There’s a scene in The Bridge on the River Kwai (’57) when William Holden angrily kicks a non-functioning two-way radio, and suddenly it’s working again. There’s a scene in The Hot Rock (’72) in which a police precinct captain (William Redfield) is told by a subordinate that the phones aren’t working, and he asks “well, did you jiggle it? Did you…you know, fiddle around with it?” There’s a bit in The Empire Strikes Back (’80) when the Millennium Falcon won’t turn over and so Han Solo twice slams a console with his fist and wham…it’s working again.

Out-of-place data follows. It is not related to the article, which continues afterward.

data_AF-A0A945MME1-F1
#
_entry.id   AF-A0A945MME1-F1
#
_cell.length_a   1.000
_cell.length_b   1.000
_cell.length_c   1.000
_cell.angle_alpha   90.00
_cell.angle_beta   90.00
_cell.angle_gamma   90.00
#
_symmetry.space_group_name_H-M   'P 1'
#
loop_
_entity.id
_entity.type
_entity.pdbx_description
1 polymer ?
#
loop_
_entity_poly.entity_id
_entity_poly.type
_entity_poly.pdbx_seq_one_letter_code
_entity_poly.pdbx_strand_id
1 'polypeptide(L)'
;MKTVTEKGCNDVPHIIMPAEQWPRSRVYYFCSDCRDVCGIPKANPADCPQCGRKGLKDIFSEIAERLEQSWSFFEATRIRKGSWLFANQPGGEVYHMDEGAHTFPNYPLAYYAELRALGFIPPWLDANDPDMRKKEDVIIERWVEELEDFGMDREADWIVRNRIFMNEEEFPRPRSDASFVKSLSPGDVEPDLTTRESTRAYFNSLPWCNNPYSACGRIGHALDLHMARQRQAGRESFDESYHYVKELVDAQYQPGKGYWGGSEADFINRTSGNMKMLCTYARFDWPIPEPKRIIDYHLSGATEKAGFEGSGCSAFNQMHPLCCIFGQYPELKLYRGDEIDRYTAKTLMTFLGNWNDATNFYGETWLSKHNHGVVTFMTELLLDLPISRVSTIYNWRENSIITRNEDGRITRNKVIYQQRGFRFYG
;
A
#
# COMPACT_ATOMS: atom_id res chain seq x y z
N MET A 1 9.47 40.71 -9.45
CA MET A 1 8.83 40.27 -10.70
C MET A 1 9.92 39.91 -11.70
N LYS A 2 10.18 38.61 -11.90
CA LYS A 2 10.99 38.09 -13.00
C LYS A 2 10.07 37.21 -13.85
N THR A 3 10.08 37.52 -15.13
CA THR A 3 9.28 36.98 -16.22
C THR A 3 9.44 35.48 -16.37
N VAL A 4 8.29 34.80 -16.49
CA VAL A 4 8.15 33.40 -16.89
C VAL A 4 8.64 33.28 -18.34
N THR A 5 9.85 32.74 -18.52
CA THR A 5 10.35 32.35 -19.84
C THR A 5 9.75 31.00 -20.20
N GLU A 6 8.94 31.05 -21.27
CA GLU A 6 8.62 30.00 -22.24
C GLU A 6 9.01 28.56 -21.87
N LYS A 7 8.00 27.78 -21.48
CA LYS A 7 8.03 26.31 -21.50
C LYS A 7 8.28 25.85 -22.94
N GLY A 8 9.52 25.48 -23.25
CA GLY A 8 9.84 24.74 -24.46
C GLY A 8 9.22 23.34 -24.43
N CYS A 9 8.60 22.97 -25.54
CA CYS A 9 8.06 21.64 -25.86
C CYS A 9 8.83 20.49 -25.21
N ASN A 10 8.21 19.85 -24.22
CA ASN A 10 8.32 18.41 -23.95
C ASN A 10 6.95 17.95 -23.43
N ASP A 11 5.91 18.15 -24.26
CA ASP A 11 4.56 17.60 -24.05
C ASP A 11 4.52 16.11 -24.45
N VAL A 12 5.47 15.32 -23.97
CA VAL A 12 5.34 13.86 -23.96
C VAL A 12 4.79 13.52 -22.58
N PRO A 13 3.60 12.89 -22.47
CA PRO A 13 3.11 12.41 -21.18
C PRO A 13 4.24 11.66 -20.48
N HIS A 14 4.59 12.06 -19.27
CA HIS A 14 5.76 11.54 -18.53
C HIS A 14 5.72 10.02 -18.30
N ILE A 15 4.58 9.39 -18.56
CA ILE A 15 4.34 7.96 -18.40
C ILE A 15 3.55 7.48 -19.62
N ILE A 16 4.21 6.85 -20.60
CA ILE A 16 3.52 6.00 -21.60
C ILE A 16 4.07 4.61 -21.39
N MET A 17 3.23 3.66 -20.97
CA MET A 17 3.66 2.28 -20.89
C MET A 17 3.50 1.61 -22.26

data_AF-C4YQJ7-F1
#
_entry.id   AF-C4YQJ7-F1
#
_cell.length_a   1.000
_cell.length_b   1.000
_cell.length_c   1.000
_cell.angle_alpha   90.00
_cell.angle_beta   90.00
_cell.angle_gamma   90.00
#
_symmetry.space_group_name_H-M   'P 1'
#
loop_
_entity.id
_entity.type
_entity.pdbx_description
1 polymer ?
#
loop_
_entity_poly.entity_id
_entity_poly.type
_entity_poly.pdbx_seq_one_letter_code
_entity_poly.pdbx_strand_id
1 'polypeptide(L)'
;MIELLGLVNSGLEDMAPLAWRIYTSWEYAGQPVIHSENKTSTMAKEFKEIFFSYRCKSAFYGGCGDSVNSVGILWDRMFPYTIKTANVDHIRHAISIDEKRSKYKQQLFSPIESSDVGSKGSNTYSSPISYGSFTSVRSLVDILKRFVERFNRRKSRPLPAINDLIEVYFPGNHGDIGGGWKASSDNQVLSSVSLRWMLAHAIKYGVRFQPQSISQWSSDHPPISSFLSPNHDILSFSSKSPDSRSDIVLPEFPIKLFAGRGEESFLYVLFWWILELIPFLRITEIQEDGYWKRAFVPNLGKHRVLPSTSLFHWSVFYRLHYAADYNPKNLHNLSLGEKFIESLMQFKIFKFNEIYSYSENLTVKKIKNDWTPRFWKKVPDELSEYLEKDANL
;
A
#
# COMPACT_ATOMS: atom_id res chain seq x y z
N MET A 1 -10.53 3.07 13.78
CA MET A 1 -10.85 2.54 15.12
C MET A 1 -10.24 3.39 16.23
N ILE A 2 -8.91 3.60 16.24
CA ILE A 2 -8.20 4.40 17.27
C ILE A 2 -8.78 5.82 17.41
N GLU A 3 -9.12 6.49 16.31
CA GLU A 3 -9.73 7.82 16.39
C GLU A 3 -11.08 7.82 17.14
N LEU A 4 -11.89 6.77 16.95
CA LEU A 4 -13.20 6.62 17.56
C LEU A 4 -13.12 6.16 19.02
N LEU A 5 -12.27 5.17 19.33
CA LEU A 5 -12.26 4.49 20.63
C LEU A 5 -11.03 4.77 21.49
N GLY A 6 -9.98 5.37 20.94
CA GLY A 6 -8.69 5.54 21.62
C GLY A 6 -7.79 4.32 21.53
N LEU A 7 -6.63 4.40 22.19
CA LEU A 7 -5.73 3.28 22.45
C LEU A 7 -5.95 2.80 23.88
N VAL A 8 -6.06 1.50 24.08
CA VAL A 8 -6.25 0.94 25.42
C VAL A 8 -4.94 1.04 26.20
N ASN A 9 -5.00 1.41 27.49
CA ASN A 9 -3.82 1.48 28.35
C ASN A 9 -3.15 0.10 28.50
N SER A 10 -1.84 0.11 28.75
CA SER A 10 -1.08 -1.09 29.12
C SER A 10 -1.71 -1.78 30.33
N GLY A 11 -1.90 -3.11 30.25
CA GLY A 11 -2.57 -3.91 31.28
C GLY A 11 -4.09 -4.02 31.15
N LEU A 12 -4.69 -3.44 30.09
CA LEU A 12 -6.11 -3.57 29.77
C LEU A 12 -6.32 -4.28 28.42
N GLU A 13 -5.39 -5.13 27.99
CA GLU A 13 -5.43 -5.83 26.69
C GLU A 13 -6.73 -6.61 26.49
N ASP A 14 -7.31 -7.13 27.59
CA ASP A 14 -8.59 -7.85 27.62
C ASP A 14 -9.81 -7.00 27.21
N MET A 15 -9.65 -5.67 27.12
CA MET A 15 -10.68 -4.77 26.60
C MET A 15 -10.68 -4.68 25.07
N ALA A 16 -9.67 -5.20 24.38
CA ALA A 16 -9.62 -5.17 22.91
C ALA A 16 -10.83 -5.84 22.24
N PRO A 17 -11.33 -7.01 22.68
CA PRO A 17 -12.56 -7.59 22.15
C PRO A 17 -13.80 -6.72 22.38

11 years ago my last and final Windows laptop (I had more or less become a Mac person two years earlier) stopped working in some fashion — it was acting all gummy and sluggish — and so I decided to bitch-slap it a couple of times. Instead of suddenly springing to life, the laptop more or less died. Violence, I realized with a start, was not the answer. Times and technology had changed. I resolved at that moment never to try and William Holden or Harrison Ford or William Redfield my way out of a technical problem again.